Purpose: Primary care physicians care for work-injured women and men, yet there is little information on sex differences in outcomes and factors contributing to post-injury outcomes to guide their evaluation and recommendations.
Methods: Two self-administered questionnaires were sent to a large sample of women and men with work injuries reported to the New Hampshire (USA) Department of Labour between November 2000 and March 2002. Factors associated with the work injury and outcomes were assessed.
Results: A total of 3001 persons (1448 women and 1553 men) completed the first questionnaire and 67% completed the second questionnaire. Work-injured women were significantly younger, more educated, more likely to be single, had more pre-injury comorbidities, and worked in less physically demanding occupations as compared to work-injured men. Women's injuries were more often a result of routine job tasks and of gradual onset. Women had worse long-term outcomes including job stability and post-injury income. In multivariate analyses, being female was independently associated with a negative employer response and greater future work concerns.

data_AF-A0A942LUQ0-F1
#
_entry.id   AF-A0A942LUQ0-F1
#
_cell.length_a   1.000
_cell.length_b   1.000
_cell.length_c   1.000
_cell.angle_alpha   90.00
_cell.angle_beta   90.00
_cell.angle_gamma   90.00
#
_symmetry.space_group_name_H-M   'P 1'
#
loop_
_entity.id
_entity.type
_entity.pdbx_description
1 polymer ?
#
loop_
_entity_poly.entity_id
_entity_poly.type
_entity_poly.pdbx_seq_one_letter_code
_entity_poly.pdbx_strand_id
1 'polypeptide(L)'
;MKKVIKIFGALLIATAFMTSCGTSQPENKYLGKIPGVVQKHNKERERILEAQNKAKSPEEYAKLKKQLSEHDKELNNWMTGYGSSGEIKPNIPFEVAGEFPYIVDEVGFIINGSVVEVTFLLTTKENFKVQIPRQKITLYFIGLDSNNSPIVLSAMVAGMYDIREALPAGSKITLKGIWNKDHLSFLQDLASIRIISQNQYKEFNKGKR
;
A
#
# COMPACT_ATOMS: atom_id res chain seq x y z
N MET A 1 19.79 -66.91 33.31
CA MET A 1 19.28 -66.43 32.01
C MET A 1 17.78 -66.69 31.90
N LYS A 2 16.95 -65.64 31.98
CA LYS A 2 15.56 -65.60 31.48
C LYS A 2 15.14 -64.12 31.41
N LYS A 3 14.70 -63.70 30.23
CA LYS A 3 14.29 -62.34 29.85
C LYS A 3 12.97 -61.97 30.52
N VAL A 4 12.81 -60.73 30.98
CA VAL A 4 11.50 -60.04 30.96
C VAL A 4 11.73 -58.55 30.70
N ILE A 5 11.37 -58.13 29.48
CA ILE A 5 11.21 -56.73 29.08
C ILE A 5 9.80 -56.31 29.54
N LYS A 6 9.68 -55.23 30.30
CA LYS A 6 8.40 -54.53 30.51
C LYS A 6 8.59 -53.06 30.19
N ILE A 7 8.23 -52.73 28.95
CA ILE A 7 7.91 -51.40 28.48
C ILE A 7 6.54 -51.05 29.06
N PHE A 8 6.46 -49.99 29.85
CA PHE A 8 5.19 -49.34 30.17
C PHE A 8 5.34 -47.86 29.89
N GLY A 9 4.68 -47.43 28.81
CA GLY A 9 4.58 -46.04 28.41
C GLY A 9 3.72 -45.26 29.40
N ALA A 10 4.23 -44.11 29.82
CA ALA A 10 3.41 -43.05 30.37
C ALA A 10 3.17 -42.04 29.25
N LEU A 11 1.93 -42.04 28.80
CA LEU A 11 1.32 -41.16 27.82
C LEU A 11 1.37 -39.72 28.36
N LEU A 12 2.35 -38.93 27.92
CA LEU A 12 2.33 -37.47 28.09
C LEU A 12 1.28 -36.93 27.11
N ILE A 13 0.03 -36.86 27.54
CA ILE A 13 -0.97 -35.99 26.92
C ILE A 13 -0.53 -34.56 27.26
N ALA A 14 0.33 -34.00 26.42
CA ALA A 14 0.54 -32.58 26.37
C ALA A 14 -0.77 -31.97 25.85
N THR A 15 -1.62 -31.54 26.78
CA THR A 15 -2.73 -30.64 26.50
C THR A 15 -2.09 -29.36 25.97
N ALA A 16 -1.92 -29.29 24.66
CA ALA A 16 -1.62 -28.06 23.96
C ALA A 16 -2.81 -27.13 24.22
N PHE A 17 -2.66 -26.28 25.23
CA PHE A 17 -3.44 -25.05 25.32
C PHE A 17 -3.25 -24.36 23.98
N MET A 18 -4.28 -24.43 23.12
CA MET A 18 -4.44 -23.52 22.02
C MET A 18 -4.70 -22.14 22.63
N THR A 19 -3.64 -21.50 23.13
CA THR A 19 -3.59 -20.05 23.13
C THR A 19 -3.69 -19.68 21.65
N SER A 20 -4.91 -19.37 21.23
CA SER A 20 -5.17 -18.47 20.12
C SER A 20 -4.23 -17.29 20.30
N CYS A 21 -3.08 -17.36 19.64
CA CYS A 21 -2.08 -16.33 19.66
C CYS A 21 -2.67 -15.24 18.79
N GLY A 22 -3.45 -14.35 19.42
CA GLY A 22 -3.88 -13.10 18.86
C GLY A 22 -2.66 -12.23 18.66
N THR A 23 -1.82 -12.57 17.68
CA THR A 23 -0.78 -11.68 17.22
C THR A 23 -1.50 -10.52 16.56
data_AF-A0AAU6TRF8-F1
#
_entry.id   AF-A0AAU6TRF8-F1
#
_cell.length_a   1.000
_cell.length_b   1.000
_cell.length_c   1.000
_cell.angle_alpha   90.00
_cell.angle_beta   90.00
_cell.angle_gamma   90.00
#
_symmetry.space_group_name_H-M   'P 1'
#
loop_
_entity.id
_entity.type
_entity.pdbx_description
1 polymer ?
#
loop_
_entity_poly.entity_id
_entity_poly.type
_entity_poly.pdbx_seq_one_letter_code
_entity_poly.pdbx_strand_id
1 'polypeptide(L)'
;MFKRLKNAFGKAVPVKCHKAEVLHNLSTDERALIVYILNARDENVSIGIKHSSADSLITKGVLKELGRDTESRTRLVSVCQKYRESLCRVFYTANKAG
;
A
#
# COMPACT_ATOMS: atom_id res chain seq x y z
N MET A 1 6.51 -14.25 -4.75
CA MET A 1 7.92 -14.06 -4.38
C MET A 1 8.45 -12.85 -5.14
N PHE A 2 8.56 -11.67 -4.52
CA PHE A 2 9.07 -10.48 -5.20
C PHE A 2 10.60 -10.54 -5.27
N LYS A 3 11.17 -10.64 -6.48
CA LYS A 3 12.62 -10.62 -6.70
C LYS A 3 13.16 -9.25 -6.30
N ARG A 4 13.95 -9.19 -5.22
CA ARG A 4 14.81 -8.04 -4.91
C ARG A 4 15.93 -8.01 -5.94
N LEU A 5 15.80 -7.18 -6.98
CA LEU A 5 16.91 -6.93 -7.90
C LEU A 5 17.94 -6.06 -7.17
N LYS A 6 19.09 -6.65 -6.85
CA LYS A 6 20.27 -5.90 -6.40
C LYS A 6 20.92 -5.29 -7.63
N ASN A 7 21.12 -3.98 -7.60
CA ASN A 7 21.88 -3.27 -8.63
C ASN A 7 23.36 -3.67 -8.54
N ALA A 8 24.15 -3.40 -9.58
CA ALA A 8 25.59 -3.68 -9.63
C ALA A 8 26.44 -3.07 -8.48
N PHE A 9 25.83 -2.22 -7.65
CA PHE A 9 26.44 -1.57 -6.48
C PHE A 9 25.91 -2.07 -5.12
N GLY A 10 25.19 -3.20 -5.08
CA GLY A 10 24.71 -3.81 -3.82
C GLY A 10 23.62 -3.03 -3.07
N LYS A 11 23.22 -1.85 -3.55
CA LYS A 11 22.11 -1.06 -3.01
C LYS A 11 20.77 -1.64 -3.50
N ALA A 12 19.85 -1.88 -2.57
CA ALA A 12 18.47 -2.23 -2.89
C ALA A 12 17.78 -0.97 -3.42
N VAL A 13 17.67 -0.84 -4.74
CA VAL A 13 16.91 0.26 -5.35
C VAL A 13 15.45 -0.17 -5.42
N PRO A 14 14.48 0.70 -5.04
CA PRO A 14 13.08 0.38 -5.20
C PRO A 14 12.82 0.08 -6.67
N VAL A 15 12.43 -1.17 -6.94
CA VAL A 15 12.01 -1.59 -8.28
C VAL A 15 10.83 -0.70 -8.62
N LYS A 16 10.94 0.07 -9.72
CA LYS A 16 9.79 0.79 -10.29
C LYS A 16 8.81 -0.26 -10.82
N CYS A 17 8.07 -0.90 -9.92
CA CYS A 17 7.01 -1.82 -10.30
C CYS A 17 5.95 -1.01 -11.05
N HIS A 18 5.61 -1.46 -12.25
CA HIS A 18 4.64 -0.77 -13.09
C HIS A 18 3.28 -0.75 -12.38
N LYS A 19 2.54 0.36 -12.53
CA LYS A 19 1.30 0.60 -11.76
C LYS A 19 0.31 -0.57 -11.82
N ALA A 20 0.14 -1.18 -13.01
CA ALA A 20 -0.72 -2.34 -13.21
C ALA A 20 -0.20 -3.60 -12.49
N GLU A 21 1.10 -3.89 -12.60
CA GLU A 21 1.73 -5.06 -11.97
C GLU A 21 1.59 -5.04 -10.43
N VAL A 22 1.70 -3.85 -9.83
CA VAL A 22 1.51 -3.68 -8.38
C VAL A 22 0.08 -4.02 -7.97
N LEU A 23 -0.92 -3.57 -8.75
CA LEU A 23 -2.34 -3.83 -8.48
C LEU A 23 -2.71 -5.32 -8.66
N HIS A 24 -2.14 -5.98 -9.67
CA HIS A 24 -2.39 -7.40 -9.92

Conclusions: Women and men differ in terms of work injury circumstances and factors contributing to post-injury outcomes. Primary care providers should consider sex when evaluating and treating work-injured adults.